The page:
The Year of Gaming…

Yesterday, Xbox sent out round-up emails with stats about our year in Xbox. Usually, I’m interested in that kind of thing, but reading these stats was uncomfortable.

I’m in the top 5% for amount played, at about 1500 hours in 2015. I honestly didn’t expect to be that high a percentile, more like 15/20%. That number annoys me- at least 1/3 of those hours happened as deliberate escapism or inertia. What could I have done with them instead?

The first argument I’m using to justify it is “I don’t play as much as my friends do”. This is kind of true as amongst my group I had the lowest hours, and some had double the hours I did. However, the gap between my time and theirs is smaller than I expect. I’ve been the last person online at night quite a lot, even on nights where I was intending to do something else.

The second argument is “Not all of that time is gaming”. Again, kind of true; sometimes my Xbox was on in the background playing music or YouTube videos while I was doing something else. Other times, I just came on to chat to people doing something else. But I have to be honest and say that I didn’t often stick to that intention. When going from not using the console to loading up a game involves just pressing two or three buttons, it’s far too easy to end up playing when I didn’t intend to.

But right now I’m mid-MSc. I’m part of something that’s important, meaningful, and fun. Why am I not putting that before anything else?

The third argument is “It’s not having any negative effect”.  Well, maybe right now its not. But the biggest marker for gaming becoming a negative thing is how often its used to escape and to put off what you don’t want to face. The amount I play as procrastination from something else, or just because its there even though I’m not specifically interested, has definitely increased over time. Getting the One and having more access to free/ shared games has definitely been a part of that. Dealing (or rather, not dealing) with my feelings about my work situations was also probably a big part- I realised after that I had been gaming to distract myself from thinking about it and being anxious about work.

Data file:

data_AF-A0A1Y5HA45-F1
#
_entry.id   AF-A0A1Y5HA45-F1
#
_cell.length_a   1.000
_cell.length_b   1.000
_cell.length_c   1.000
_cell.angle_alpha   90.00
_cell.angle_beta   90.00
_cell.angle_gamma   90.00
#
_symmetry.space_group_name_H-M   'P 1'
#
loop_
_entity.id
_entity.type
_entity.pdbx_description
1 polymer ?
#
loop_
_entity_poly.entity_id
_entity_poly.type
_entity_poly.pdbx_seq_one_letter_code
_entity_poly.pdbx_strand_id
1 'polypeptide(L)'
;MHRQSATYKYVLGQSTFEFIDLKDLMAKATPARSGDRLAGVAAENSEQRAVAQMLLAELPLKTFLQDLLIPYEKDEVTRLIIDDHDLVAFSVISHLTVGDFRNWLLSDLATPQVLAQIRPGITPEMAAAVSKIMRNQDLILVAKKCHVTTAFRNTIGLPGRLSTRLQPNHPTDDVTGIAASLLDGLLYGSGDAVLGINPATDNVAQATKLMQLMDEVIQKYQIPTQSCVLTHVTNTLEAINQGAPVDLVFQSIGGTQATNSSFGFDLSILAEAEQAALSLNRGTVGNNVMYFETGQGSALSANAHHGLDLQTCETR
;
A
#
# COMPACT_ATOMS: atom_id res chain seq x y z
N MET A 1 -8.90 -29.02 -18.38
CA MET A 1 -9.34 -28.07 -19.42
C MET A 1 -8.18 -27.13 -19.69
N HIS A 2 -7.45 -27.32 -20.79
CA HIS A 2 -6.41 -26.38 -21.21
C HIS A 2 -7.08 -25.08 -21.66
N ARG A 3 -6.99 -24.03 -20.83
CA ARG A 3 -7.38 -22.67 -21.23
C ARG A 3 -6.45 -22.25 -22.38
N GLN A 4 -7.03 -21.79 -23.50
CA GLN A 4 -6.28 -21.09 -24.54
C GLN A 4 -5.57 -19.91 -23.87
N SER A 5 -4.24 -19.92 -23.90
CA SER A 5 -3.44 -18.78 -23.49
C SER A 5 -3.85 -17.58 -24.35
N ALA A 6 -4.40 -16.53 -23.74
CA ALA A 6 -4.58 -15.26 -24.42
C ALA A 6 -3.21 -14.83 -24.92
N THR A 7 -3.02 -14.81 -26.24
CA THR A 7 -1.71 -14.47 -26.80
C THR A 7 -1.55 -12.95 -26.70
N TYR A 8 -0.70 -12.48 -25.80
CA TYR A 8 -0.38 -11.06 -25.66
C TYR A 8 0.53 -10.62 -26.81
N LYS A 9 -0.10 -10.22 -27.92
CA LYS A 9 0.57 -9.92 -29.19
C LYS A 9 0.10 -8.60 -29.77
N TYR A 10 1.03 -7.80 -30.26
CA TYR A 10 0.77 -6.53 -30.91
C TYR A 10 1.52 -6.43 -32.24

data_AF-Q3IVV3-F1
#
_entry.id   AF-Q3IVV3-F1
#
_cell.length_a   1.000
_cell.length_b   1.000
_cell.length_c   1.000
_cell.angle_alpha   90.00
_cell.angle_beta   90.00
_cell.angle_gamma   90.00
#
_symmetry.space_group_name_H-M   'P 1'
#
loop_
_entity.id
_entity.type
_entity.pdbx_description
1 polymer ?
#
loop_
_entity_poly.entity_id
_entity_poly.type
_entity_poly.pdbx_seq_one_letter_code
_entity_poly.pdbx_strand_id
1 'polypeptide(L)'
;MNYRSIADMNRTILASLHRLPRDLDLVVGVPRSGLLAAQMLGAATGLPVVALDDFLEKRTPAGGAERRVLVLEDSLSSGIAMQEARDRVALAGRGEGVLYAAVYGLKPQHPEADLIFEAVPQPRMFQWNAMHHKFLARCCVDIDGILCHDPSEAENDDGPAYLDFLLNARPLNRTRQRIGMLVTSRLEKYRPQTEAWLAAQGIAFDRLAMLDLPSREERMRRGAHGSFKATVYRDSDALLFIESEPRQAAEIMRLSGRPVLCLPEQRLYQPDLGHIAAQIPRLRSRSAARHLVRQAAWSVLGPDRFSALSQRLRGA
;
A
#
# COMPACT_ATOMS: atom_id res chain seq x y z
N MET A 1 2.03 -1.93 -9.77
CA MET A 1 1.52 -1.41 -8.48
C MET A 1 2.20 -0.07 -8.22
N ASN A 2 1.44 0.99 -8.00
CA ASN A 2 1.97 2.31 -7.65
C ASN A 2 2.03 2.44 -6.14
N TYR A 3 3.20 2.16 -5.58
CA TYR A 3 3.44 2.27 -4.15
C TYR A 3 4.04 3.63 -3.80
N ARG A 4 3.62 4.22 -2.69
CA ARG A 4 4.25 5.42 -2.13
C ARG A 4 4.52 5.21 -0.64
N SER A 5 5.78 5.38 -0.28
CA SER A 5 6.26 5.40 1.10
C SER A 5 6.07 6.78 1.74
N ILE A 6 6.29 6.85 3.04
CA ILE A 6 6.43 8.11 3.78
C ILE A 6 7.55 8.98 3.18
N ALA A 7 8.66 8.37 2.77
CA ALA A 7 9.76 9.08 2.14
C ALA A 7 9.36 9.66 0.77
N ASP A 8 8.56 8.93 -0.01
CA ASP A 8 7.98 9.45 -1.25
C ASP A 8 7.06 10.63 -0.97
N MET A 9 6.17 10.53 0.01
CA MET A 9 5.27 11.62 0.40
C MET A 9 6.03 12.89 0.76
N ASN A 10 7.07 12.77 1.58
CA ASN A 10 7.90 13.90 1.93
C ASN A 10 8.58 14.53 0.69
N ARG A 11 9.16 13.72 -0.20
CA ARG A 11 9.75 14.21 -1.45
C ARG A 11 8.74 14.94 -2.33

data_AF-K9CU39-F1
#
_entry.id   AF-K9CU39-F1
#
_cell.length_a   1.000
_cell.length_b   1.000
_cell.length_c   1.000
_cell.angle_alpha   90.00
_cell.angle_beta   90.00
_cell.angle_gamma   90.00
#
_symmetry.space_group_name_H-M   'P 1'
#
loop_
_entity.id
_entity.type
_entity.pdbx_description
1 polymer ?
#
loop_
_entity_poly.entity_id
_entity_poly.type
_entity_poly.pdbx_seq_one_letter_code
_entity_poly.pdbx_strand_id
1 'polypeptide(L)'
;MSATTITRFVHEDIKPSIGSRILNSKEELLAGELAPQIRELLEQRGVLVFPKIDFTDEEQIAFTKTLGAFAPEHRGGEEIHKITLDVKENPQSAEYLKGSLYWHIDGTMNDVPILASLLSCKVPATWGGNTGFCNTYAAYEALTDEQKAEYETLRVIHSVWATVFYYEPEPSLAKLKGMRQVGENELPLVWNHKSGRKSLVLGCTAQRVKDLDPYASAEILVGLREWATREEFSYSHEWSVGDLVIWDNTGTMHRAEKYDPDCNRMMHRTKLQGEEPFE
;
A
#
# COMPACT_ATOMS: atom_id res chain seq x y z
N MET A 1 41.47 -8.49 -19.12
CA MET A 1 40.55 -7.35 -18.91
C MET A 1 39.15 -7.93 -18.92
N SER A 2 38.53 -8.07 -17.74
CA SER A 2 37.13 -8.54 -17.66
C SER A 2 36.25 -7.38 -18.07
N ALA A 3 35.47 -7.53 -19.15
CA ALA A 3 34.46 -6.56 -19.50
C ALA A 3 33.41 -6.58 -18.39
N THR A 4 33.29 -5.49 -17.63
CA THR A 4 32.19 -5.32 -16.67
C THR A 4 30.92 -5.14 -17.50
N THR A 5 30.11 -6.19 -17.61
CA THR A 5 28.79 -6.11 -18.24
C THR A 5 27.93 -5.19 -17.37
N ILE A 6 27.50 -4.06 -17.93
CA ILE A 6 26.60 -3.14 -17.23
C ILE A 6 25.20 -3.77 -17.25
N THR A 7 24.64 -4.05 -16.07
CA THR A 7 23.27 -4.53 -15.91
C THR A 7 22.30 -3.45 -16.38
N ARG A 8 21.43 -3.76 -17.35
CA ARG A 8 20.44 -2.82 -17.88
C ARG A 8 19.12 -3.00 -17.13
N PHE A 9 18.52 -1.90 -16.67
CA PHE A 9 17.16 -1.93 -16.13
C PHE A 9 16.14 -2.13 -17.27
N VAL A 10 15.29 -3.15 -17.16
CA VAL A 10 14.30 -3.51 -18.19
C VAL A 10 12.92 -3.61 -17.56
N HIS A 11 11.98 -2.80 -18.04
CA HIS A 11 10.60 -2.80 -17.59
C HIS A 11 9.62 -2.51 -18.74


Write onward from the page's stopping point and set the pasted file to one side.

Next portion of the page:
Honestly, I can’t say that I’m putting 100% into anything I’m interested in. Gaming isn’t the main reason for that; my own faulty thinking, expectations and lack of confidence is. But gaming is an easy thought pattern to hold when thinking about goals and the future is hard, so I’m turning more and more to what is easy.

After I graduated from uni, I explored creating an identity around gaming stuff- to see if that was a field I wanted to be more invested in, and somewhere I could be comfortable. ┬áThat didn’t work, and I learned that gaming wasn’t something I could take part in to that extent- it had to be something done casually.

While its not his fault at all, I’m strongly influenced in terms of gaming time,  money, attention by it being  my boyfriend’s main focus. It tends to be the main topic of conversation, and the main thing we do when we see each other. But while that pattern isn’t helpful, it’s still something I’ve helped create.

I don’t really know where this is going- seeing the stats connected a lot of jumbled-up thoughts I already had. I guess I’m just annoyed at how much I justified things to myself, and how easy it was to not see that.

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